Deadly (Artificial) Intelligence

Keeping with our recent theme of techno-paranoia, a new book by James Barratt (succinctly reviewed by Greg Scoblete of RealClearTechnology), Our Final Invention: Artificial Intelligence and the End of the Human Era, posits the reasonably imminent doom of humankind via the very machines our top scientists and engineers are clamoring to build. The concept that technology — driven by artificial intelligence (AI) — will one day exceed and ultimately turn against their human creators has troubled authors of science-fiction for far longer than scientists (see books and stories by the likes of Isaac Asimov, Arthur C. Clarke, Harlan Ellison, and many others, or films by James Cameron, Ridley Scott, the Wachowskis, and so on). This is not to diminish the apocalyptic claim — it would not be the first time life imitated art.

But what exactly do we mean when we speak of computers being “smarter” than their users? My chief skepticism surrounding any grand prognostication regarding AI matching or surpassing human intelligence is the implicit assumption that we (or at least the AI programmers) have a firm grasp of what human intelligence is. Intelligence and the processes of learning we tend to associate with it are multi-faceted constructs. While computers already have the upper hand in terms of speed and storage space by orders of magnitude, these aspects alone do not encapsulate the human experience. As AI systems grow more sophisticated and are able to learn at accelerating rates, should we regard this as a mastery of what it means to be “intelligent”? What of emotional processing, intuition, creativity, morality, and other modes of thinking and being less concretely understood but no less fundamental to the ingenuity and productivity of human society? Can there ever be, to quote Gilbert Ryle, a “ghost in the machine”, a computer with a soul? Or would it be sufficient for an AI to seem human to an outside observer, a la Searle’s Chinese Room thought experiment?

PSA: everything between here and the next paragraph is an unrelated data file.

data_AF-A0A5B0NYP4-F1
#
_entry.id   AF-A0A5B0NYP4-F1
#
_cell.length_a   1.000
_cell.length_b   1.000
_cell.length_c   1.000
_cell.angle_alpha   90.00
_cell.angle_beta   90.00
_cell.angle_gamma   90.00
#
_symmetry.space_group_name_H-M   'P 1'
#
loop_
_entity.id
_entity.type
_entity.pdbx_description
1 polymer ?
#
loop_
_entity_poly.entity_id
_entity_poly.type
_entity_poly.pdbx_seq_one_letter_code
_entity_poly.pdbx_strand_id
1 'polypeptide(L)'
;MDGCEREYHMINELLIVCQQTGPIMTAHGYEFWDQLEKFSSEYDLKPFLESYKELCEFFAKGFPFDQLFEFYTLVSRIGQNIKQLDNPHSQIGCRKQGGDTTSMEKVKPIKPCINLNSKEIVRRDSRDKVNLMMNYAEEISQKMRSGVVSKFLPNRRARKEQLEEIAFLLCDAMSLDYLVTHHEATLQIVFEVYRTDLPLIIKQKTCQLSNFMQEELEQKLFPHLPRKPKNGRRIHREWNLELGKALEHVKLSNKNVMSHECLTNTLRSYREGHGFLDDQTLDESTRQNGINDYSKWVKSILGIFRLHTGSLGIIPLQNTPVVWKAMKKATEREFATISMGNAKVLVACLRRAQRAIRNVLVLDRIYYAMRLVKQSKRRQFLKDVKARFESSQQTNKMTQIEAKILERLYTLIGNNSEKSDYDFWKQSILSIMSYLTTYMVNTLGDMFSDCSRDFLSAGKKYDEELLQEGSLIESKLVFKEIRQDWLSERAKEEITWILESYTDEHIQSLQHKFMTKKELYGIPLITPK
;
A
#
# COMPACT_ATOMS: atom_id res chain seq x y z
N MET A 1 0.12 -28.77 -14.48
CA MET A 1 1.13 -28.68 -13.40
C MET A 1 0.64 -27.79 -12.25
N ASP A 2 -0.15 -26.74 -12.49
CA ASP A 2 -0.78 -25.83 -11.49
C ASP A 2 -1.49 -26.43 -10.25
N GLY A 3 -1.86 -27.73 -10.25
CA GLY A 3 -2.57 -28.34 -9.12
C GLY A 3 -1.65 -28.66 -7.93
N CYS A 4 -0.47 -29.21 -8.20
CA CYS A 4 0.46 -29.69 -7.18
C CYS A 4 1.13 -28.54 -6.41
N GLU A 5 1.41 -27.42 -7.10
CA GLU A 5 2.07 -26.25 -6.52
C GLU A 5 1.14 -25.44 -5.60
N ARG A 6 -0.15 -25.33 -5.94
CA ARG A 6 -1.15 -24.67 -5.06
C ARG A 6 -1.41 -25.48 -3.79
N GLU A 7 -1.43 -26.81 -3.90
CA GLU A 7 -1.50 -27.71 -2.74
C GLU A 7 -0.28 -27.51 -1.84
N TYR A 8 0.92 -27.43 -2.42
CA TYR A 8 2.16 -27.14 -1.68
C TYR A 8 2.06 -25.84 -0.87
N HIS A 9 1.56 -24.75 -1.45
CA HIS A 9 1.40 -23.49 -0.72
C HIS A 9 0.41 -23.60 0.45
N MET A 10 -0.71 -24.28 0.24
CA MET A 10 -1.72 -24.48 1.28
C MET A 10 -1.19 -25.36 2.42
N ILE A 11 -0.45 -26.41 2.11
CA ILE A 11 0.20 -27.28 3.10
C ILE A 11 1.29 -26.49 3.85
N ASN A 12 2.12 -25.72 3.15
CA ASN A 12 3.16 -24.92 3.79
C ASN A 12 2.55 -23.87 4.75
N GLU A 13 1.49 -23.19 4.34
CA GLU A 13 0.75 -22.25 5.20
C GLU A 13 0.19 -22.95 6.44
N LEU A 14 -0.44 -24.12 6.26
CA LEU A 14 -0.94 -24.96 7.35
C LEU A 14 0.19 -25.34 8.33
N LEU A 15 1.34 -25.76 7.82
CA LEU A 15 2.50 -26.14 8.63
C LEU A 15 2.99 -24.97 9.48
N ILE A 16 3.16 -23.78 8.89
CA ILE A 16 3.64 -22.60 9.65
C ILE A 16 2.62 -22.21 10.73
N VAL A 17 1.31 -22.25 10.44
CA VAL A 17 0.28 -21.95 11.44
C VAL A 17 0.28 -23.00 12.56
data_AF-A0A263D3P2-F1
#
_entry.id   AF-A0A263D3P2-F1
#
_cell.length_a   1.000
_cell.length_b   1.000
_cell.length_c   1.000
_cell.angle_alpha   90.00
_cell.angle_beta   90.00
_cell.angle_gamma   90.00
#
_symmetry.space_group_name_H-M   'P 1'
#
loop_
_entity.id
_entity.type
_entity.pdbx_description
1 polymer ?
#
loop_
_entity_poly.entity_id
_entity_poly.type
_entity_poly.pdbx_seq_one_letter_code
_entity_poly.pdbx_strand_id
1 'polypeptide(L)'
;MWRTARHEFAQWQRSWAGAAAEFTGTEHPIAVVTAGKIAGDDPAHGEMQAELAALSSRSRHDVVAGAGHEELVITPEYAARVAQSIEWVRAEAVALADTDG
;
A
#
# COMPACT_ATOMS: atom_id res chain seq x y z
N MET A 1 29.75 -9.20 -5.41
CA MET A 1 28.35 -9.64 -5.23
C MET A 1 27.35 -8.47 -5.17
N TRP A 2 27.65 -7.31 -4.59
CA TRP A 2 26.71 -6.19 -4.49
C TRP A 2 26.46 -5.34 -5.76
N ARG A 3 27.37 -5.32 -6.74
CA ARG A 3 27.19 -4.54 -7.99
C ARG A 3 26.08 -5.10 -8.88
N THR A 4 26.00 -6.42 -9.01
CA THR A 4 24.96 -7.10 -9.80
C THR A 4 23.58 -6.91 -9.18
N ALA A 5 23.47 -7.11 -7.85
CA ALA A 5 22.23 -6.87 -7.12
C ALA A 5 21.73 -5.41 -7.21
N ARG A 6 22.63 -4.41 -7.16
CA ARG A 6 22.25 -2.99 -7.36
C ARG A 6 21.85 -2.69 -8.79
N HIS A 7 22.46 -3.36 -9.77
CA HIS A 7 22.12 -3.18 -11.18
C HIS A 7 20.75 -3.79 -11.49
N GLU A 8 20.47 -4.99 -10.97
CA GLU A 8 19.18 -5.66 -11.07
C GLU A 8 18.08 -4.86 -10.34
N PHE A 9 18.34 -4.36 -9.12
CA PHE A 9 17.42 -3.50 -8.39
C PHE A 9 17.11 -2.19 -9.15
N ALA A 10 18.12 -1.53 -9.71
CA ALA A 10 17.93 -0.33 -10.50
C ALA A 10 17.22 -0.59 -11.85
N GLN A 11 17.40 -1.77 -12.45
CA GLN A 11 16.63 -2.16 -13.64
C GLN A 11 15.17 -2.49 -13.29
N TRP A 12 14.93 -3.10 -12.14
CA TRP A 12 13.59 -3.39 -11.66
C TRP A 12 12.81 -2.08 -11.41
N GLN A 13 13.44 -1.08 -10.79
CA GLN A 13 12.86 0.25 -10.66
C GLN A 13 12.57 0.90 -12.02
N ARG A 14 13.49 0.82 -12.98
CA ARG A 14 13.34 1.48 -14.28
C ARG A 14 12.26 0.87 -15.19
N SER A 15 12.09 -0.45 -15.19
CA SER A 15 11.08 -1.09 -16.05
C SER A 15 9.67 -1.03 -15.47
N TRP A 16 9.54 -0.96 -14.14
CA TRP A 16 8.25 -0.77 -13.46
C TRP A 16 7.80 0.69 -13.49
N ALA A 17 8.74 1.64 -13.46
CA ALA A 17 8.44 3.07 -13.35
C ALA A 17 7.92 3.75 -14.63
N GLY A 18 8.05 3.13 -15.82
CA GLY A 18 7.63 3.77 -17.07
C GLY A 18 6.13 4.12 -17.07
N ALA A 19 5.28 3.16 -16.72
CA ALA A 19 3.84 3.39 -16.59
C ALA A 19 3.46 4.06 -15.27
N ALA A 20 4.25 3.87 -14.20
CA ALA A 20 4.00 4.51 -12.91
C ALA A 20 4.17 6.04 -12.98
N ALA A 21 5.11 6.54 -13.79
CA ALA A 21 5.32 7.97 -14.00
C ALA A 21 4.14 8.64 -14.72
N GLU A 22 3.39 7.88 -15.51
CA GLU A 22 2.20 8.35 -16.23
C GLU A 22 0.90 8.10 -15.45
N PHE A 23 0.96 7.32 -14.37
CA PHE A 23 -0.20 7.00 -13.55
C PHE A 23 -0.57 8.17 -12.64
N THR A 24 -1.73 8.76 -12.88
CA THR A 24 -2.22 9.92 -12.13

Of course, the more pertinent question from Barratt’s viewpoint may ultimately be: will that which makes us uniquely human be enough to save us from the deadly rise of AI?


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